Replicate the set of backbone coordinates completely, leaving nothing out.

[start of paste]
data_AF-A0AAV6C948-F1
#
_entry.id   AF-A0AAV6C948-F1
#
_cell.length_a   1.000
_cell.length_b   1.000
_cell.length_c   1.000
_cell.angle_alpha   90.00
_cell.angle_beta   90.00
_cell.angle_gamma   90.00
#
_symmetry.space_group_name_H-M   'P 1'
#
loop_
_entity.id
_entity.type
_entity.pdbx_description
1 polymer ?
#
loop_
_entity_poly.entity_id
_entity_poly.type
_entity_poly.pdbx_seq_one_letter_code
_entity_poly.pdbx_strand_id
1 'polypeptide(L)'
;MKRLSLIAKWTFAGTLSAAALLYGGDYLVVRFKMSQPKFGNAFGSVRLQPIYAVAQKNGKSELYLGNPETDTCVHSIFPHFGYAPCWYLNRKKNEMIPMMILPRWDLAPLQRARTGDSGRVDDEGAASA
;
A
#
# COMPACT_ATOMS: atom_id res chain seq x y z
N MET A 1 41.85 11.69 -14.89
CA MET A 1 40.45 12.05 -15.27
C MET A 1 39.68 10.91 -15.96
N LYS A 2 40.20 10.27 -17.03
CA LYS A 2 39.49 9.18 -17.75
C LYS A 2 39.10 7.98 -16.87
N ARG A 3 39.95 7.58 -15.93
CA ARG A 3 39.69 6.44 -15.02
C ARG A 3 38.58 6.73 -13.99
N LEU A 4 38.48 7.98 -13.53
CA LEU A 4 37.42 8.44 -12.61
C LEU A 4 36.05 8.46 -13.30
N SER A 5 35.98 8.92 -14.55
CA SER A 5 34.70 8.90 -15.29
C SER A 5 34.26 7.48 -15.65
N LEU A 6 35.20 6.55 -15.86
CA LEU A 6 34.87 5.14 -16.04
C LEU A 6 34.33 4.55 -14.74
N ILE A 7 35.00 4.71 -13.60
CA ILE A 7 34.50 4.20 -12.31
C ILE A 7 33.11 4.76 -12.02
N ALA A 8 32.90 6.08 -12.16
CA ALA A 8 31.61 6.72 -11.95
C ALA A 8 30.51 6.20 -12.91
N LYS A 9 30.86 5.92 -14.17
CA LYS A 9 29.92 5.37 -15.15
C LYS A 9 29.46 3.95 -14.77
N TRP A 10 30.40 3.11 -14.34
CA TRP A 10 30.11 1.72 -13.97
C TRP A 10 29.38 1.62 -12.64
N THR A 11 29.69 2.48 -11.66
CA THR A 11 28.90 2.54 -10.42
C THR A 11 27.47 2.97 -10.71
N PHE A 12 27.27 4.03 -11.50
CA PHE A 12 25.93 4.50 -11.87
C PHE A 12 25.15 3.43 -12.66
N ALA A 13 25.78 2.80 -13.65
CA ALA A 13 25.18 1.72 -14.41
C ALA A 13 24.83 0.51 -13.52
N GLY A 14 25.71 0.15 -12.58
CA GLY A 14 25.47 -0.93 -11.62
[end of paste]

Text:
data_AF-A0AAV6C948-F1
#
_entry.id   AF-A0AAV6C948-F1
#
_cell.length_a   1.000
_cell.length_b   1.000
_cell.length_c   1.000
_cell.angle_alpha   90.00
_cell.angle_beta   90.00
_cell.angle_gamma   90.00
#
_symmetry.space_group_name_H-M   'P 1'
#
loop_
_entity.id
_entity.type
_entity.pdbx_description
1 polymer ?
#
loop_
_entity_poly.entity_id
_entity_poly.type
_entity_poly.pdbx_seq_one_letter_code
_entity_poly.pdbx_strand_id
1 'polypeptide(L)'
;MKRLSLIAKWTFAGTLSAAALLYGGDYLVVRFKMSQPKFGNAFGSVRLQPIYAVAQKNGKSELYLGNPETDTCVHSIFPHFGYAPCWYLNRKKNEMIPMMILPRWDLAPLQRARTGDSGRVDDEGAASA
;
A
#
# COMPACT_ATOMS: atom_id res chain seq x y z
N MET A 1 41.85 11.69 -14.89
CA MET A 1 40.45 12.05 -15.27
C MET A 1 39.68 10.91 -15.96
N LYS A 2 40.20 10.27 -17.03
CA LYS A 2 39.49 9.18 -17.75
C LYS A 2 39.10 7.98 -16.87
N ARG A 3 39.95 7.58 -15.93
CA ARG A 3 39.69 6.44 -15.02
C ARG A 3 38.58 6.73 -13.99
N LEU A 4 38.48 7.98 -13.53
CA LEU A 4 37.42 8.44 -12.61
C LEU A 4 36.05 8.46 -13.30
N SER A 5 35.98 8.92 -14.55
CA SER A 5 34.70 8.90 -15.29
C SER A 5 34.26 7.48 -15.65
N LEU A 6 35.20 6.55 -15.86
CA LEU A 6 34.87 5.14 -16.04
C LEU A 6 34.33 4.55 -14.74
N ILE A 7 35.00 4.71 -13.60
CA ILE A 7 34.50 4.20 -12.31
C ILE A 7 33.11 4.76 -12.02
N ALA A 8 32.90 6.08 -12.16
CA ALA A 8 31.61 6.72 -11.95
C ALA A 8 30.51 6.20 -12.91
N LYS A 9 30.86 5.92 -14.17
CA LYS A 9 29.92 5.37 -15.15
C LYS A 9 29.46 3.95 -14.77
N TRP A 10 30.40 3.11 -14.34
CA TRP A 10 30.11 1.72 -13.97
C TRP A 10 29.38 1.62 -12.64
N THR A 11 29.69 2.48 -11.66
CA THR A 11 28.90 2.54 -10.42
C THR A 11 27.47 2.97 -10.71
N PHE A 12 27.27 4.03 -11.50
CA PHE A 12 25.93 4.50 -11.87
C PHE A 12 25.15 3.43 -12.66
N ALA A 13 25.78 2.80 -13.65
CA ALA A 13 25.18 1.72 -14.41
C ALA A 13 24.83 0.51 -13.52
N GLY A 14 25.71 0.15 -12.58
CA GLY A 14 25.47 -0.93 -11.62